Producing Theatre in a Pandemic



Yinka Olatunbosun
The theatre renaissance in Nigeria recorded between 2014 and 2019 that brought several world-class performances such as Kakadu the Musical, Saro the Musical, Wakaa, Isale Eko, Fela and the Kalakuta Queens as well as festivals such as Lagos Theatre Festival and the Lagos Fringe can be said to be short-lived due to the ravaging Covid-19 pandemic. Last year, the closure of theatres dealt a big blow to the burgeoning industry that caters to actors, directors, producers, make-up artists, costume designers, publicity handlers, and other professionals. But with government’s effort to reopen the economy, some dogged theatre producers have waded through the storm, exploring new ways of producing plays without breaching the Covid-19 protocols.

One theatre producer who remained very active throughout the pandemic is the Founder and Creative Director, Kininso Koncepts Production, Joshua Alabi. The globe-trotting theatre producer has toured the UK, South Africa, Germany, and several African countries with his theatre for development projects. Motivated by the need to keep theatre alive, while engaging the community and the artists, Alabi revealed to THISDAY that many actors were depressed during the lockdown of theatre spaces.

“People who have always done the same things all their lives and then a moment comes when they are unable to do so. That was a moment when theatre could have done more. Last year, when theatres were shut, we did something called ‘Telephone Whispers’ where we brought out our audience database and we began to call them one after the other to tell them a few minutes-stories just to make them happy; to make them feel like they are watching live theatre or radio drama. After that, we did home theatre with 25 of our theatre stories on social platforms. So, we didn’t want to give up but to be the hope for the people because many businesses crashed.”

He is currently working on Cream-Body, which is part of the 2021 edition of the Lagos Theatre festival later this month.
“We started it as ‘Skintone.’ Last year April, we were supposed to attend a festival in Berlin but since we couldn’t travel, we did research laboratory exchange among all the countries involved in November. Skin tone was about colours, skin bleaching and identity especially in Africa, India and Asia,’’ he revealed.
With “Cream-Body,” he challenges the discrimination against dark-skinned individuals who are sometimes treated as though they are less qualified to be humans, or to get certain jobs and recognition. In another production titled “Sniper,’’ he puts a spotlight on mental health and suicide.

“Sniper will be showing in April at Alliance Francaise. It will also be streamed live. It is supported by Goethe Institut, Suicide Research and Prevention Initiative (SRPI), LUTH, Federal Neuro-psychiatric Hospital, Yaba and Arts4Life, a non-governmental organization with the Lagos State Ministry of Health and Kininso Koncepts Production. We have been managing to rehearse amidst the Covid-19 protocols. As artists, we sometimes forget the social distancing, wearing masks, use of sanitisers. But we are trying to use our space where some of our artists are also lodged here and we are trying to stay safe.’’

For the consummate investment banker and theatre producer, Joseph Edgar, being relentless is his strategy to cope with the pandemic.
“It is at times like these that you would know whether you are born to do this because the challenges that are involved are humongous- the fear, the risk of getting infected or delivering a platform that will serve as a major spreader of the virus. But, we have got to have that sense of urgency to tell your story and you continue to be restless.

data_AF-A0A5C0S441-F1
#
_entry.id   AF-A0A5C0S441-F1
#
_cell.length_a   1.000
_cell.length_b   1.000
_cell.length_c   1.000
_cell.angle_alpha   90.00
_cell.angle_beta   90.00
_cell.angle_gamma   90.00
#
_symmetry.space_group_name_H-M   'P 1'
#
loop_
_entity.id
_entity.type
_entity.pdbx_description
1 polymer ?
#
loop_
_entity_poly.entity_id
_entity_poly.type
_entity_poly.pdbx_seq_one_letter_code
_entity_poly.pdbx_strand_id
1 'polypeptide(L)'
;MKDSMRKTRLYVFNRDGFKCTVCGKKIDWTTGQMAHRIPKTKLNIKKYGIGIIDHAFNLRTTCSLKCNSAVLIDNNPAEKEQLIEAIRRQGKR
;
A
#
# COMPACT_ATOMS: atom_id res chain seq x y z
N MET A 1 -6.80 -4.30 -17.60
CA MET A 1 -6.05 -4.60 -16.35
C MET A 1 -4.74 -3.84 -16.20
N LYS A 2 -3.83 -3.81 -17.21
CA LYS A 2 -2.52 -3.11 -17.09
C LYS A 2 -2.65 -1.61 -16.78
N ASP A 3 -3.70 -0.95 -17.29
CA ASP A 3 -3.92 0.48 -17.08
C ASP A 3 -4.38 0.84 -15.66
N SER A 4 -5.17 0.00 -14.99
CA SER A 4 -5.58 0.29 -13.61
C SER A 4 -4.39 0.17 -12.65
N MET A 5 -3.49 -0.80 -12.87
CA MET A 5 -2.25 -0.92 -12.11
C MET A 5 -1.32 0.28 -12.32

In December, at the peak of the second wave of the pandemic, his theatre company, Duke of Somolu Productions staged “Our Duke has Gone Mad Again.” He described this show as one of the most herculean productions ever, though haunted by the uncertainty of government clampdown.
“Luckily for us, we already anticipated this and we worked on a production that could be done outdoors. We worked very closely with the Lagos State Safety Commission and made sure that we met all the requirements. We didn’t sell tickets so that we wouldn’t have that deluge. It was extremely difficult. At the end of the day, we had a wonderful production. And in the end, we had that sense of fulfillment that we were able to tell our story.’’

Edgar considered funding as a major obstacle to theatre at this period as a big sponsor once pulled out of the production at the last minute, despite having the brand listed in banners, fliers and other advert forms. Still, he had the good fortune of actors who were not driven by financial gain. But it was important to keep them safe.

“We rehearsed for three weeks in December and people kept coming. I was worried that if one person gets infected, that is it. We hope that things would get better now. The first set of vaccines have arrived in Nigeria and the infection rates have dropped significantly. It was not so difficult for us to get government approval for our production since we met all the requirements. At the height of the pandemic, government came up with more stringent regulations, saying we can’t have more than 50 persons in a gathering except in religious gatherings and I began to wonder that does the virus know the different between religious gathering and any other gathering,’’ he said in his usual witty manner.
On April 30 and May 1, the Duke of Somolu also known by the moniker Lord Ini will stir up Uyo with the production of “IBIOM: When Doves Fly” starring the sultry actress, Ini Edo with other cast members drawn from Akwa Ibom.